16 SES 01, Enhancing Learning Processes with ICT
Within the context of the information society, the mastery of a set of ICT competences is considered as a key ability to cope with the rising economic, social and educational challenges (Kozma, 2008). This importance of mastering ICT competences, plea for their recognition as alternative educational outcomes. Recently, some national governments have answered this call by developing ICT curricula for their schools. As such, ICT competences are becoming compulsory educational outcomes and schools are entrusted with the responsibility of providing their pupils with opportunities for developing them (Vanderlinde, van Braak, & Hermans, 2009). However, teachers’ initiatives for developing their pupils’ ICT competences cannot be considered in the isolated context of the school. Almost all students of primary school education nowadays have access to a computer with an internet connection at home. As such, most of them have opportunities to develop ICT competences outside the educational context (Vekiri, 2010). In order to optimize their initiatives for developing pupils’ ICT competences, schools need to take pupils’ prior experiences into account.
The aim of this study was to explore the impact of primary school pupils’ out-of-school characteristics on their ICT competences. Pupils’ characteristics were categorized as demographics (gender and SES), ICT related pupil characteristics (ICT attitude and ICT self-efficacy), pupil cognitive skills, and ICT related home characteristics (parental ICT rules, parental active ICT support, parental ICT attitude). In order to overcome self-report bias, a performance based measure was used for the dependent variable of ICT competences.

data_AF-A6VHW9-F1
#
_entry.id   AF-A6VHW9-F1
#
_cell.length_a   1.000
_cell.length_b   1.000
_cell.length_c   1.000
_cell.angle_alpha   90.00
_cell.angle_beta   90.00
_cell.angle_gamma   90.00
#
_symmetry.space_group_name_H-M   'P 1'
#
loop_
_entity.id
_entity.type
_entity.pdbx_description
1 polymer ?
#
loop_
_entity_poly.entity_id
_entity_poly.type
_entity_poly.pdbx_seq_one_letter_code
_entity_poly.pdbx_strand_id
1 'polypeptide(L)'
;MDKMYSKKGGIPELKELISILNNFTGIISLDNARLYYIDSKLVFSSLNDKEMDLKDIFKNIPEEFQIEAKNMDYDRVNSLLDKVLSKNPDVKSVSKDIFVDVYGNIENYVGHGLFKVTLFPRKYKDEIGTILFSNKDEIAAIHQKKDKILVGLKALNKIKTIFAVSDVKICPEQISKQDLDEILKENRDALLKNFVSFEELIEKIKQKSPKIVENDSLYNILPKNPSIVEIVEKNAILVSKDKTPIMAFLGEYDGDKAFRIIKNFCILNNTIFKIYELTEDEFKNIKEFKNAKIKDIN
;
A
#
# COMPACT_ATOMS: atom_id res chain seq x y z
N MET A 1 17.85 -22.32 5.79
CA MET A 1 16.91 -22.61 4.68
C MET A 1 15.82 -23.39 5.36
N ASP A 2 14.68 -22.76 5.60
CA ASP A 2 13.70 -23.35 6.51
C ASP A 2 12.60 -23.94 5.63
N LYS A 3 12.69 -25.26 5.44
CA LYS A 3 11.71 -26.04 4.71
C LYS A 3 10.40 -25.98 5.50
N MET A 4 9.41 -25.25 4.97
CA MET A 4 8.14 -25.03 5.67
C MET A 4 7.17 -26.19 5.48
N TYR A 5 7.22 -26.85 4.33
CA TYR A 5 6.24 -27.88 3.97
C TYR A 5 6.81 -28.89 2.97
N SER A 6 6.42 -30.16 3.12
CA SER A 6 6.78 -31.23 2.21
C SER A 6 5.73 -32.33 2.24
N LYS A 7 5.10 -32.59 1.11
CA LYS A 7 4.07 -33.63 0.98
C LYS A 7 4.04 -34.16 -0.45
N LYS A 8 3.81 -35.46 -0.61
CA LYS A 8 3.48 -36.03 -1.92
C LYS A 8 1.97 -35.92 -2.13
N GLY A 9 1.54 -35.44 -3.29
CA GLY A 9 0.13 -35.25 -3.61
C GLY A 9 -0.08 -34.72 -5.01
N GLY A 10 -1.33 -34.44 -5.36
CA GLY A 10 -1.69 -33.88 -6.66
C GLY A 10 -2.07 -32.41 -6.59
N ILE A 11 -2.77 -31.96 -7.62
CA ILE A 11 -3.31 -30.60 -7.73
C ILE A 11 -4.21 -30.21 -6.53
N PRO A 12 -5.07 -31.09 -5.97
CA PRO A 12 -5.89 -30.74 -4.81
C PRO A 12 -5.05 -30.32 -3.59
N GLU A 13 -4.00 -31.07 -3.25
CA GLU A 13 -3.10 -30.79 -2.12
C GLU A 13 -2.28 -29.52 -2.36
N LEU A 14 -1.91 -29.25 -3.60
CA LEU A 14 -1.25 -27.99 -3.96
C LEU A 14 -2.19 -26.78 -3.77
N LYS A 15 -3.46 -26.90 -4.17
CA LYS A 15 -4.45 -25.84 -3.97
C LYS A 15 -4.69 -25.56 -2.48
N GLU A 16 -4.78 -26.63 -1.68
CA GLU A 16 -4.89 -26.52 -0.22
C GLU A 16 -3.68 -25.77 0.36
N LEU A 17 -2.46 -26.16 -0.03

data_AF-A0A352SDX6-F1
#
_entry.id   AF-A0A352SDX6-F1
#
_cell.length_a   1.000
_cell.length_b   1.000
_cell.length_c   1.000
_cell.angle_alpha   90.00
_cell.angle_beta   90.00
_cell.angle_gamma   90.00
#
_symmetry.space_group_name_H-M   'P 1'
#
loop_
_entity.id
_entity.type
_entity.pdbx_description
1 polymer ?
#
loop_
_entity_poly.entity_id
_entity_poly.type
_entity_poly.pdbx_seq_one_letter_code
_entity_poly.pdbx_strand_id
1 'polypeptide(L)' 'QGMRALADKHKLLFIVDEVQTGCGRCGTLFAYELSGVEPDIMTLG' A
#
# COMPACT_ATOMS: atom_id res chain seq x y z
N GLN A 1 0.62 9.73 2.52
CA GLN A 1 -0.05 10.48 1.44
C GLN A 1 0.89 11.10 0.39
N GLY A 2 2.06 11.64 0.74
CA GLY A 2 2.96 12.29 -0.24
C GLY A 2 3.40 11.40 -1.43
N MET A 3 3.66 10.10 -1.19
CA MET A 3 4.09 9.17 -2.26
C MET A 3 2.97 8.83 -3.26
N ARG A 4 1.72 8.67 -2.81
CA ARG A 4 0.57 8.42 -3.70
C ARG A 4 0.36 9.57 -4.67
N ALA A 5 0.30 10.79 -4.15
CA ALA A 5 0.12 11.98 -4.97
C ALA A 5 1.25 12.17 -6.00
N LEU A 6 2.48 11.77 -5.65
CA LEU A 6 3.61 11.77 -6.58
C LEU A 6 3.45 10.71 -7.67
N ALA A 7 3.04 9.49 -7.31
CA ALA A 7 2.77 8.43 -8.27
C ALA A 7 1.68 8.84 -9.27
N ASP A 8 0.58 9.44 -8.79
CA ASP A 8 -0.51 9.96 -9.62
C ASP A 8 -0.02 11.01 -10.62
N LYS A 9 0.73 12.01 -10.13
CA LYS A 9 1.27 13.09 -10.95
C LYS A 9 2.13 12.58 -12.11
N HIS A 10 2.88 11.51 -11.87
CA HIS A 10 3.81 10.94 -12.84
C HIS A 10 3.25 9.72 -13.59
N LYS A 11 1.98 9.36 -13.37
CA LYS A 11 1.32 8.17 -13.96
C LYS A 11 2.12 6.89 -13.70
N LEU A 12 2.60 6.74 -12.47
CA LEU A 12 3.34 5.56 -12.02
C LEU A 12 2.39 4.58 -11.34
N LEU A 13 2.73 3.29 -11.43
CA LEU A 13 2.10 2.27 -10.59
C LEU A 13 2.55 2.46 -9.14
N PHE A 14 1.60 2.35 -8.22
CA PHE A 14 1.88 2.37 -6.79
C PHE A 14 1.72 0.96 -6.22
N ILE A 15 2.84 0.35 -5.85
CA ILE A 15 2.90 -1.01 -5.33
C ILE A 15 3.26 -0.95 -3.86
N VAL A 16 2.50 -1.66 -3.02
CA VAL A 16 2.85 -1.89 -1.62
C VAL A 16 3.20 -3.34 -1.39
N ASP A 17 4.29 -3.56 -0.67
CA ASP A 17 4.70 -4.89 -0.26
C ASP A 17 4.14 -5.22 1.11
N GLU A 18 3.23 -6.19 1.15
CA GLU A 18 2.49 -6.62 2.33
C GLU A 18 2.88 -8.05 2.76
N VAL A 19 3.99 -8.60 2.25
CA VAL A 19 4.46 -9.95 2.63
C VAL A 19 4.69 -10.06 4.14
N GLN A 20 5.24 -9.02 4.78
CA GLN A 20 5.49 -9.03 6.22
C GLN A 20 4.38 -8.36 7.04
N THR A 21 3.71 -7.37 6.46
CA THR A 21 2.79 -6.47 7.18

Since the mid 1980s, the focus on ICT competences has shifted from mastering technical skills and using applications, to problem solving, information processing, critical thinking and using computers in a creative and innovative way (European Commission, 2007). ICT competences are often described as the integrated and interactive use of 1) general cognitive capabilities, and 2) technical capabilities to successfully complete cognitive information and ICT-based tasks (Markauskaite, 2007). Similarly, in this study an ICT competence refers to a higher-order learning-process oriented competence used in authentic situations and in which technical ICT knowledge and skills are integrated. These technical skills are considered to be instrumental to the higher-order competences. A special focus was placed on digital information processing and digital communication as competences to be measured because these two themes systematically reoccur in national and international ICT frameworks (Voogt & Roblin, 2012).
Many studies have focused on ICT competences from the perspective of gender and socioeconomic status. While some studies indicate that boys have better ICT competences (Li & Kirkup, 2007), others found a significant relationship between sex and Internet communication competences in favor of girls (Tsai & Tsai, 2010). With regard to SES, Claro et al. (2012) found that the higher the economic goods of students at home, the higher their ICT competence performance. However, results from van Braak and Kavadias (2005) indicate that SES does not affect ICT competences strongly enough in order to decide that low SES contributes to lower ICT competences.